Making a Place to Commune With God

Making a Place to Commune With God

Terry Teykl, Thetus Tenney and Teri Spears

Inviting Prayer Rooms

What is a prayer room?

Jesus said, “My house will be called a house of prayer” (Matthew 21:13). If God gives us a task, we must earnestly seek him with all of our heart and soul and strength before we endeavor to do it. It was never his intention for us to operate under our own power, but to receive his divine help through prayer.

A prayer room, simply put, is a place in a church set aside for prayer. Every prayer room is different—some are small; some are elaborate, and some are simple. They vary in appearance just as much as church buildings do. However, most prayer rooms do have several things in common…

• They offer a place that is private. We see prayer rooms in classrooms, offices, junk rooms, storage closets, portable buildings and chapels. Any space that can be closed off from outside distractions will work fine.

• They are comfortable and inviting. Prayer rooms should be a place to sit, kneel or even lay prostrate before the Lord and enjoy his presence. Comfortable chairs, carpet, tables, plants, adequate lighting, good ventilation, decor and even background music add to the prayer room experience.

• They are inspirational and informative. We encourage churches to organize their prayer room into stations, displaying helpful information to guide people as they pray. For instance, one station might have a notebook with pictures of the pastoral staff and their families. Another station might have missionaries and their prayer requests, while another might be dedicated to world leaders. You will find a suggested list of stations in The Prayer Room Intercessor’s Handbook.

• They are safely accessible 24 hours a day. Many churches install prayer rooms with an outside entrance and a combination lock. Usually the room does not give the intercessor access to the rest of the church.

The advantages of a prayer room are…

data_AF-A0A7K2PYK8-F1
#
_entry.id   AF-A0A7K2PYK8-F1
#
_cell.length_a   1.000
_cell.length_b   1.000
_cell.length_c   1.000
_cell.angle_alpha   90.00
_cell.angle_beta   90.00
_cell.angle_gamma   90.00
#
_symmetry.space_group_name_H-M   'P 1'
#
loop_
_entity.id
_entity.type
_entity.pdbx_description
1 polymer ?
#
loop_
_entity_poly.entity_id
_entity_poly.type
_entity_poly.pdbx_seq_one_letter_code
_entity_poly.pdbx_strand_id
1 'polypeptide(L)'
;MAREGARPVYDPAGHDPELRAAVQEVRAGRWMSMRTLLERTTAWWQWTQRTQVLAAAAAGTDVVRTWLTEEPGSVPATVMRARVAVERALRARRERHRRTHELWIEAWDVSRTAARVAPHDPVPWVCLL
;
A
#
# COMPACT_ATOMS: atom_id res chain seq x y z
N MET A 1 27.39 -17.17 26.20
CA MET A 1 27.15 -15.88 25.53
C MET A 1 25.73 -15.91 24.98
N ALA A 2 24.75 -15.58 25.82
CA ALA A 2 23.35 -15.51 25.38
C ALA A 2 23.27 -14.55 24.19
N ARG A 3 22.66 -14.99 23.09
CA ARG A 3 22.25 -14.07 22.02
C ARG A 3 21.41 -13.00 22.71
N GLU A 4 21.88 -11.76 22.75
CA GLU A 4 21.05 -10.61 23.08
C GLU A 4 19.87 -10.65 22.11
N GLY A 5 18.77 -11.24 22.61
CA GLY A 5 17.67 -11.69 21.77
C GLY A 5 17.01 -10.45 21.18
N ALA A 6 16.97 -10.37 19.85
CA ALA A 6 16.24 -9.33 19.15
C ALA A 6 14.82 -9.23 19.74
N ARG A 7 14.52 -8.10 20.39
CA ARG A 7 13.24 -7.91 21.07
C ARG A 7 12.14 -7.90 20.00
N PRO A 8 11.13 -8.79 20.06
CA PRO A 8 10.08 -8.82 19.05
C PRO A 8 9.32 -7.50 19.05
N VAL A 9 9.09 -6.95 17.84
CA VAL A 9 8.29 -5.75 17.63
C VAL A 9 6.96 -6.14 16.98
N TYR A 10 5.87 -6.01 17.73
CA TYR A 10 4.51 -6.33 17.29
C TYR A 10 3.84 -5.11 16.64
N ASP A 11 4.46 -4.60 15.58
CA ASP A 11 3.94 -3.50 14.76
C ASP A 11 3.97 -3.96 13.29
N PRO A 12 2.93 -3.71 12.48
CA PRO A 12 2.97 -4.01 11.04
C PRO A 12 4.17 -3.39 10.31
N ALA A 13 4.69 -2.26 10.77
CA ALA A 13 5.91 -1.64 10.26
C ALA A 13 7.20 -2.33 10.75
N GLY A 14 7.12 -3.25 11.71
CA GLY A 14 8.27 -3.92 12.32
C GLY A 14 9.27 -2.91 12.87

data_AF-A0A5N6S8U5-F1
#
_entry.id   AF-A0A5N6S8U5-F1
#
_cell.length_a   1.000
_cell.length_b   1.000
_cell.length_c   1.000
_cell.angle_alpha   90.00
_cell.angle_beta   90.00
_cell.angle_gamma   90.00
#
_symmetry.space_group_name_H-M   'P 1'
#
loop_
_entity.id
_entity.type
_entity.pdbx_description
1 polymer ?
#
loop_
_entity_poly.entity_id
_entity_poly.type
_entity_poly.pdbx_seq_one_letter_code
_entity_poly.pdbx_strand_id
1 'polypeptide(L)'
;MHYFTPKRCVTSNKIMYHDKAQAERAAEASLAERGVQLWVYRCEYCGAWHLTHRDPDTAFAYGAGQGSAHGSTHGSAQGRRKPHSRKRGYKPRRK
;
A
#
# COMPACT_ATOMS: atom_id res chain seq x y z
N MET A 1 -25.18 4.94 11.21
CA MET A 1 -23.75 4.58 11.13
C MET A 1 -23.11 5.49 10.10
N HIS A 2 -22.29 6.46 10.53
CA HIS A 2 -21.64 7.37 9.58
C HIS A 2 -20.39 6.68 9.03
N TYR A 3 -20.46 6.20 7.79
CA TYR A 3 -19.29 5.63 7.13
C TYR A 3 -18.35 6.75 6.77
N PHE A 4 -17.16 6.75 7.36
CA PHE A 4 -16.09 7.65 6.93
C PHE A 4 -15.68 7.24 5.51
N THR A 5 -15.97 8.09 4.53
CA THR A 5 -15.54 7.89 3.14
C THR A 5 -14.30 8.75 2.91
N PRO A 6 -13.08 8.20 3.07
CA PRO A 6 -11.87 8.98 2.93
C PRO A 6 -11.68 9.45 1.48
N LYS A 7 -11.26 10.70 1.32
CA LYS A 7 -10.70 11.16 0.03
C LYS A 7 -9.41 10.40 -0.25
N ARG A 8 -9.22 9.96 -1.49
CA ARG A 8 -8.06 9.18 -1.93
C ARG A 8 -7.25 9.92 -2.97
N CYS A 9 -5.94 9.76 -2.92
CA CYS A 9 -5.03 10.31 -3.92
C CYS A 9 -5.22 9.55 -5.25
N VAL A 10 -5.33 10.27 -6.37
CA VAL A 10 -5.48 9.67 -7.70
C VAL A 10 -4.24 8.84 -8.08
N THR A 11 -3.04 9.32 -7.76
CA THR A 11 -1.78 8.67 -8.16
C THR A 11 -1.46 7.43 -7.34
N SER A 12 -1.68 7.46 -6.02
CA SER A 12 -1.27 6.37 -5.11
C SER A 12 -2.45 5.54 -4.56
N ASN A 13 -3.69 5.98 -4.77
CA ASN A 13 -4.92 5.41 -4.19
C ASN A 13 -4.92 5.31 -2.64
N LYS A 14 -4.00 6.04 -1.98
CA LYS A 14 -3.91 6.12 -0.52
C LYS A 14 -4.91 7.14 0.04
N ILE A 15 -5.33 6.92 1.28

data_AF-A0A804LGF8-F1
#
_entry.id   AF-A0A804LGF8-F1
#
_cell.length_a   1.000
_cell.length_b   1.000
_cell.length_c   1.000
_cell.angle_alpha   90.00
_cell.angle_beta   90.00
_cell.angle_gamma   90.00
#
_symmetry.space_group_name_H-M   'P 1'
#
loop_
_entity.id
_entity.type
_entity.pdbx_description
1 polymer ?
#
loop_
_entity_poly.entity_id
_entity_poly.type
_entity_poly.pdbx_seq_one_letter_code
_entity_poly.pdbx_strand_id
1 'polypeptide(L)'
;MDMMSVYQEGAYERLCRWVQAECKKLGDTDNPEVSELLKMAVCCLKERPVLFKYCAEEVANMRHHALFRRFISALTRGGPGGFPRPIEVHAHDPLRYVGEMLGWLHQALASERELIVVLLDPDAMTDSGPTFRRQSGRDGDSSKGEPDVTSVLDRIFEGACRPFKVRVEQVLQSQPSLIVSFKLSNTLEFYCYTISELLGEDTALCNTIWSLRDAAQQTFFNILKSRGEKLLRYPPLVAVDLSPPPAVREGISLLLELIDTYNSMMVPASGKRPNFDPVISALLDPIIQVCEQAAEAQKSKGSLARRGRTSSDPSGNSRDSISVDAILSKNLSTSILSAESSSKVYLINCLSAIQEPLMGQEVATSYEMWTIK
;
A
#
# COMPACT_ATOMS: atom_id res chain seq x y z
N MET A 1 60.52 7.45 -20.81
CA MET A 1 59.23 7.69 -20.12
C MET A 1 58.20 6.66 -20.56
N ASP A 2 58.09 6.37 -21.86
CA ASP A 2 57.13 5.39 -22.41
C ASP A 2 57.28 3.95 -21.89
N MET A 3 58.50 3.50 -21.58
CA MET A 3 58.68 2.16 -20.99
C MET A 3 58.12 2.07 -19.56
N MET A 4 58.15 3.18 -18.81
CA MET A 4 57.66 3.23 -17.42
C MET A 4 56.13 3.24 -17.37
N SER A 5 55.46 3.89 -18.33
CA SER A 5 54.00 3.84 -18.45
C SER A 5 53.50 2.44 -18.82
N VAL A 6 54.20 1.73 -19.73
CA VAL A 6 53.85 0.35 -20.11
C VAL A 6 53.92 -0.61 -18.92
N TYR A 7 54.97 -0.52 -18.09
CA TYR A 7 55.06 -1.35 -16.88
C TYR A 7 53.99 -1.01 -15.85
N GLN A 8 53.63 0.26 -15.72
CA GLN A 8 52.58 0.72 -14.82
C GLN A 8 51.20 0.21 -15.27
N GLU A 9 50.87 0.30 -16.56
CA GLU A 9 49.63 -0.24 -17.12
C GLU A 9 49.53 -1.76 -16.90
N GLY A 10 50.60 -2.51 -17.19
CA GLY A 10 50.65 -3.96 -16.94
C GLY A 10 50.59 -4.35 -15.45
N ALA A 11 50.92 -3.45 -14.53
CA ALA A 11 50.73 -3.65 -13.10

* It’s a central place to keep a list of congregational needs, lists of local, count and national officials, missionaries, hot spots of persecution, ect., and promote agreement prayer by providing a place where this information can be gathered and prayed over.

* It’s a quiet place to get away from your busy life and pray. It helps you ignore the phone, computer and other modern hindrances to prayer time. Most Christians don’t have a place at home that encourages prayer.

* It makes a statement: “our congregation is SERIOUS about prayer.” Any church that goes to the trouble of building a special room for prayer, or remodeling an extra room for the purpose, makes a special commitment to prayer and intercession. We build special purpose rooms for everything else, such as recreation and eating, so why not for prayer?

* It becomes a wonderful place to meet with two or three others to pray. It can also serve, depending on its location, as a room to pray with those responding to the sermon and a place for private counseling, etc.

Creative ideas for your prayer room
• Pray for the world comer cover it with magazines, clippings and photos, list prayer points to guide people

• A silver bowl to wash hands (purity)

• Icons and sculpture representing the different facets of God’s character

• Have certain objects linked to topics or prayer points to help focused prayer

• Poster with your city’s logo on it with pictures of your city officials as a reminder that they need our prayers

• Child’s toy police badge or firemen’s hat to remind us to pray for those who risk their lives for people daily